|19,123 Fans Watching the Portland Thorns in Action|
There really is another big reason for Portland getting an advantage over Seattle...their support of their National Women's Soccer League (NWSL) team, the Portland Thorns FC. Sunday night on ESPN 2, the defending champs were in a must win situation against the Houston Dash and managed to pull off the win. This was in front of 19,123 fans, an NWSL record. This isn't just some fluke though, they routinely get around 14,000 fans to games, and have reached 10,000 season ticket holders, which is a huge number for a women's team anywhere in the world. It's more than some MLS, NHL, MLB and NBA teams have. They also were profitable in their very first year, a rarity for any new sports franchise. The Thorns feature Alex Morgan (USA), Christine Sinclair (Canada), Nadine Angerer (Germany), Tobin Heath (USA) and Vero Boquete (Spain) among others. But even players who aren't big International stars have become fan favorites.
The current NWSL leaders, Seattle Reign FC, have done well by boosting their attendance above 2013 numbers to see the likes of Hope Solo (USA), Nahomi Kawasumi (Japan), Sydney Leroux (USA), Megan Rapinoe (USA), Jess Fishlock (Wales) & Kim Little (Scotland). They do have a ways to go before catching Portland in attendance, but are building a strong fanbase. Granted, they aren't affiliated with the MLS owned Sounders and the Thorns are owned by the Timbers. However, you can just feel that even if the Thorns were not owned by the Timbers, they would still be pulling in big attendance numbers. The Thorns simply have one of the best stadium atmospheres in all of sports. Fans bring creative signs and tifos led by the Rose City Riveters supporters group. They constantly chant and cheer until the end of the match, light up flares to send up red smoke when the Thorns score and cheer on their team even in a loss. One can hope they rub off on the rest of the NWSL.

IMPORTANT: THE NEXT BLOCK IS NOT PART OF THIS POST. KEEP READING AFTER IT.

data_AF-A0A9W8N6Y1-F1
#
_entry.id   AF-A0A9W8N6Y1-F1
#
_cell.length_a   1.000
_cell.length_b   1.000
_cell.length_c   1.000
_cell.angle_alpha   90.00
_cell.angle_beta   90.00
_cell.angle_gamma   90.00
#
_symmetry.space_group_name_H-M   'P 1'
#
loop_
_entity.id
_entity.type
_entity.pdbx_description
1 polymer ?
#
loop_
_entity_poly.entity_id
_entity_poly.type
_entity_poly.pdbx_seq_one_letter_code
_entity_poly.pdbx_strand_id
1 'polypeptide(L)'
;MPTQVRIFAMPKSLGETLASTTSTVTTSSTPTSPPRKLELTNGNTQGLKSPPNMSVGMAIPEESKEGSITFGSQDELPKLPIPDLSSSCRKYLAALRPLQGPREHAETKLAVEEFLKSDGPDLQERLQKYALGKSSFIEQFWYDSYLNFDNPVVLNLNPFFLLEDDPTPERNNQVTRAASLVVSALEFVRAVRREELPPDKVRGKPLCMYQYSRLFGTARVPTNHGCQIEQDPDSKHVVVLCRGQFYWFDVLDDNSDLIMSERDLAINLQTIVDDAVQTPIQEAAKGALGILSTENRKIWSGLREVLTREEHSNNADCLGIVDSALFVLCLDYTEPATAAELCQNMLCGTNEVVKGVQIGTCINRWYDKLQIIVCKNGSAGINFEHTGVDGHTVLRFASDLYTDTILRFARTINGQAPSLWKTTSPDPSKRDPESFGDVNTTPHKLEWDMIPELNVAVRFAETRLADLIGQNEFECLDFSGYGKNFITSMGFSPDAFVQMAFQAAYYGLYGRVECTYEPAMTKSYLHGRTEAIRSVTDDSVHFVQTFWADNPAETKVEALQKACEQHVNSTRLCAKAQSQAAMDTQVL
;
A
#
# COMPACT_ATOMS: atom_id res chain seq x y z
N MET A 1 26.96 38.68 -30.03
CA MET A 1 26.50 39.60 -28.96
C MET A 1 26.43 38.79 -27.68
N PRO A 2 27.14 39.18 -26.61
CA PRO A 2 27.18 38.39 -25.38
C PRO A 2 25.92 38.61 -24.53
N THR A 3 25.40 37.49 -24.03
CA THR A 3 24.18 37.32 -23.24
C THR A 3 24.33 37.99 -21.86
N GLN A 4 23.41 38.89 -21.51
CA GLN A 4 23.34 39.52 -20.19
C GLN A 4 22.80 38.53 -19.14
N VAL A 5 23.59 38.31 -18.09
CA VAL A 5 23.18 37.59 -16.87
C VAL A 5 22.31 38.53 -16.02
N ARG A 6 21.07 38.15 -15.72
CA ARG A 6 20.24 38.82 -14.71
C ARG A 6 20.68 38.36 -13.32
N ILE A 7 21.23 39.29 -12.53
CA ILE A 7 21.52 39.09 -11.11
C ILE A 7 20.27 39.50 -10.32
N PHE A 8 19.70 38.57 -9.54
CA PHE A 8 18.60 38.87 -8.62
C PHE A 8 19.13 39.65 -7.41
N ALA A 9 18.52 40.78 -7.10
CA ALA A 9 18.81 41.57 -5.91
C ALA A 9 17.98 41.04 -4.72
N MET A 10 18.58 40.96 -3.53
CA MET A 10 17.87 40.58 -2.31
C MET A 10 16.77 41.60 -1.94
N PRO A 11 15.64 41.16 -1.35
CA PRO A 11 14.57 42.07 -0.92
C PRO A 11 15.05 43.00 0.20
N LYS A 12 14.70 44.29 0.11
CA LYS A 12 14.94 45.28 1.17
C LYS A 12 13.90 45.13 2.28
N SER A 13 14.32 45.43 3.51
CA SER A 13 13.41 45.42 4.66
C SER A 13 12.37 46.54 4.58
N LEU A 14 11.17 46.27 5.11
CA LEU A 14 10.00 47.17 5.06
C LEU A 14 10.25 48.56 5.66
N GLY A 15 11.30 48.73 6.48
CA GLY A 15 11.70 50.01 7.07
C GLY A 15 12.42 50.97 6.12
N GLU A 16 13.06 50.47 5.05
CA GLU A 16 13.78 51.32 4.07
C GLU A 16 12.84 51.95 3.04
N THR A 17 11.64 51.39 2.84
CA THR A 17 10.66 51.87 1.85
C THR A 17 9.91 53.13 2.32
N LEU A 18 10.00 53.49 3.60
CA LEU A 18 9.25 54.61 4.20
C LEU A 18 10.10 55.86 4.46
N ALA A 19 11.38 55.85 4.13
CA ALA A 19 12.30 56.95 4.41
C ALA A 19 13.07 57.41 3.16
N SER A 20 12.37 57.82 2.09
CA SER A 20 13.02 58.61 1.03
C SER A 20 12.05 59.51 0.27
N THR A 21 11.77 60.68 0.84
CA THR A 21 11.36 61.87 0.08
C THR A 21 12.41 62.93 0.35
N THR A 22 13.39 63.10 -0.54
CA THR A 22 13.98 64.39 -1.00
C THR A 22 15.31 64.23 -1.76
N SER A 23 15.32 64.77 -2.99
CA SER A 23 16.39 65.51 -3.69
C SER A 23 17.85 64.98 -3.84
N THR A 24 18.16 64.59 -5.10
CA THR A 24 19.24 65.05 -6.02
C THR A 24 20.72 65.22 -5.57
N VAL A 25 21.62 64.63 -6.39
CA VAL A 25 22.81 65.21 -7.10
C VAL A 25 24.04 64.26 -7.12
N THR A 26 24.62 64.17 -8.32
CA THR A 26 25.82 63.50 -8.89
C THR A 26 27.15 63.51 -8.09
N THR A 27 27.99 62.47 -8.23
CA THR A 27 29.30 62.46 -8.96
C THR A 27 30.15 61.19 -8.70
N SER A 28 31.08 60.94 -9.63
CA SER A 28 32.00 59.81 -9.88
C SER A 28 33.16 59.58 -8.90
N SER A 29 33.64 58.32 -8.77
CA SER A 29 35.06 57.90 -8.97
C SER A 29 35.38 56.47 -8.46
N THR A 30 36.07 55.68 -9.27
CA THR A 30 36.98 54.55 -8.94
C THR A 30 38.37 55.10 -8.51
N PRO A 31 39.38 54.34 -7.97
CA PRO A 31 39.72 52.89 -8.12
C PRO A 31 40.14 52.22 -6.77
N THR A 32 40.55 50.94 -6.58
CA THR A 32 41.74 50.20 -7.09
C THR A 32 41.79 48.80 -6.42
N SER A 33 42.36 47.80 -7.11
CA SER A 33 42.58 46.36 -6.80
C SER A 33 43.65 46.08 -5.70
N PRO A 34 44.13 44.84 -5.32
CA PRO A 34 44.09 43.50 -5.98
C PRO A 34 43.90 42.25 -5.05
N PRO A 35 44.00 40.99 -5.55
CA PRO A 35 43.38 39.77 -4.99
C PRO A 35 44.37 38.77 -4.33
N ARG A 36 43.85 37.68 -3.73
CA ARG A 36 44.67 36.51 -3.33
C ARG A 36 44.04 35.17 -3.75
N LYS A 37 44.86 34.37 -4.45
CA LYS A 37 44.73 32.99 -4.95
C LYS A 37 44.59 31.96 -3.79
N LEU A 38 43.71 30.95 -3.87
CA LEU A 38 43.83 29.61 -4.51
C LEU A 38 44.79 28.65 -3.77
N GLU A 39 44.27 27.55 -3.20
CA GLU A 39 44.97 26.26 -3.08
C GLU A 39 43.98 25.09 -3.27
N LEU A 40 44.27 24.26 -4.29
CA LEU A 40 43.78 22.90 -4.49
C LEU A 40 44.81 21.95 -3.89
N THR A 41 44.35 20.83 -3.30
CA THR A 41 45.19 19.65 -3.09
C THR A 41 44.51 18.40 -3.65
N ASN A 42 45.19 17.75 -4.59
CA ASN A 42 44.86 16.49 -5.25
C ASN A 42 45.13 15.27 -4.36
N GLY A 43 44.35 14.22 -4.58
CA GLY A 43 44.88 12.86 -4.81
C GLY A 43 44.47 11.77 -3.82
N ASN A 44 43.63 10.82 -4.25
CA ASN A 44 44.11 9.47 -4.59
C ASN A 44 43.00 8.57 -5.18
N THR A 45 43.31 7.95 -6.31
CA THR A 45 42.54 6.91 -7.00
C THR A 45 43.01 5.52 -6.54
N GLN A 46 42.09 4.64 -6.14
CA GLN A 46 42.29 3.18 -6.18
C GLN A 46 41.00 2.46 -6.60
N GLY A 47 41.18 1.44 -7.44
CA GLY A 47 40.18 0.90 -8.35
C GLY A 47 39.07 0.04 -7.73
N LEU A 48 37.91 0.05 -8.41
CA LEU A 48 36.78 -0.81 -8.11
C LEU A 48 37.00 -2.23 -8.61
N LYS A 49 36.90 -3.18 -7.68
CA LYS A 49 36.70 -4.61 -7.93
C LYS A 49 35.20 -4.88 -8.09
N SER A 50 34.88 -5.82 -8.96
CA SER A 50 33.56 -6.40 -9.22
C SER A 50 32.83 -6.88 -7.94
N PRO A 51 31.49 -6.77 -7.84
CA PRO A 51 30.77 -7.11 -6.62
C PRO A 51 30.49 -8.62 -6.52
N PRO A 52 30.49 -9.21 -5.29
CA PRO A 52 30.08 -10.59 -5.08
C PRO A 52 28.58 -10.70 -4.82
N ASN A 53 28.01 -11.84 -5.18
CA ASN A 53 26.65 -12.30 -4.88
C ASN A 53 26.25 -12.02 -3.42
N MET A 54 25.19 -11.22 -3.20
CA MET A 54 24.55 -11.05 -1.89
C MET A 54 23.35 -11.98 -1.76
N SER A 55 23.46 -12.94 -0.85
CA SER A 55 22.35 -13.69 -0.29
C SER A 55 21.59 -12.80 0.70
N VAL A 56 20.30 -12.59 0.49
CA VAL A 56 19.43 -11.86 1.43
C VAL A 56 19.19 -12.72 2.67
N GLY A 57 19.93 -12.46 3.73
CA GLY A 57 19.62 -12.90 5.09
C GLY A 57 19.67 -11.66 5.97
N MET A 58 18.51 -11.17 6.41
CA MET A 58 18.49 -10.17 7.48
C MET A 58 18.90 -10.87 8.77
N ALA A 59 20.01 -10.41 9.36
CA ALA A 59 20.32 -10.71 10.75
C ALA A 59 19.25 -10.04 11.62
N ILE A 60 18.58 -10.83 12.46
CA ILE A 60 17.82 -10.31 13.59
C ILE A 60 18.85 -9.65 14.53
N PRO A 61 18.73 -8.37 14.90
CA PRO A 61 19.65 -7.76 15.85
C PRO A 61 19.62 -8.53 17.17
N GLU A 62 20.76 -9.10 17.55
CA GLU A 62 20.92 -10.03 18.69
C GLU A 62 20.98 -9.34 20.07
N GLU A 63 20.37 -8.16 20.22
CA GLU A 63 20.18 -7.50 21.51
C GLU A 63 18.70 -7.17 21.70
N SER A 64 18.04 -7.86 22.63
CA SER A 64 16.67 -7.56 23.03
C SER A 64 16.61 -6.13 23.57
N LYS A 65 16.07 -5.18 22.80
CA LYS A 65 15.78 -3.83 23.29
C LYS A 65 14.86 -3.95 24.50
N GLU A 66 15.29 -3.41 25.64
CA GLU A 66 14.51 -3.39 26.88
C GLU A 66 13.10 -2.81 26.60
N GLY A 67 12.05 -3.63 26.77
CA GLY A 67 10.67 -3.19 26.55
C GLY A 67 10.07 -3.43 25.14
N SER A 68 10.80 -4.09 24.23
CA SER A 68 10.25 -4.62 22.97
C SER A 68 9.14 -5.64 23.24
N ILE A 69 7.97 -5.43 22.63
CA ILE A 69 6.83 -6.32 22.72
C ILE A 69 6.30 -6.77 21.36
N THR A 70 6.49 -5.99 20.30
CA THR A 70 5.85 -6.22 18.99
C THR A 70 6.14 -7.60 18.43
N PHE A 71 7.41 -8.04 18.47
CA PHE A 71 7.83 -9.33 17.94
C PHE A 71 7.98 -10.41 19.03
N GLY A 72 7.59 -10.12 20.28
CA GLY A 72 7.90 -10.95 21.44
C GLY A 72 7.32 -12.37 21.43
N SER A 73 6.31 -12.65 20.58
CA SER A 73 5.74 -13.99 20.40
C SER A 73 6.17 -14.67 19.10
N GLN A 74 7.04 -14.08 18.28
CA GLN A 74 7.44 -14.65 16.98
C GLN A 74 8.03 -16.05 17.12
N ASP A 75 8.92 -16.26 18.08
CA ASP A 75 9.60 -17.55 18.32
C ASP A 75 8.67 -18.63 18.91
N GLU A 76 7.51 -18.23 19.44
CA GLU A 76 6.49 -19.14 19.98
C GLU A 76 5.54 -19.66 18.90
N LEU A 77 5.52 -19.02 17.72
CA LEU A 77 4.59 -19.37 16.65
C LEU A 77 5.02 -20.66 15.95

The Pacific Northwest rivals of Portland & Seattle have given rise to enthusiastic & involved soccer fans, and it is now starting to spread elsewhere.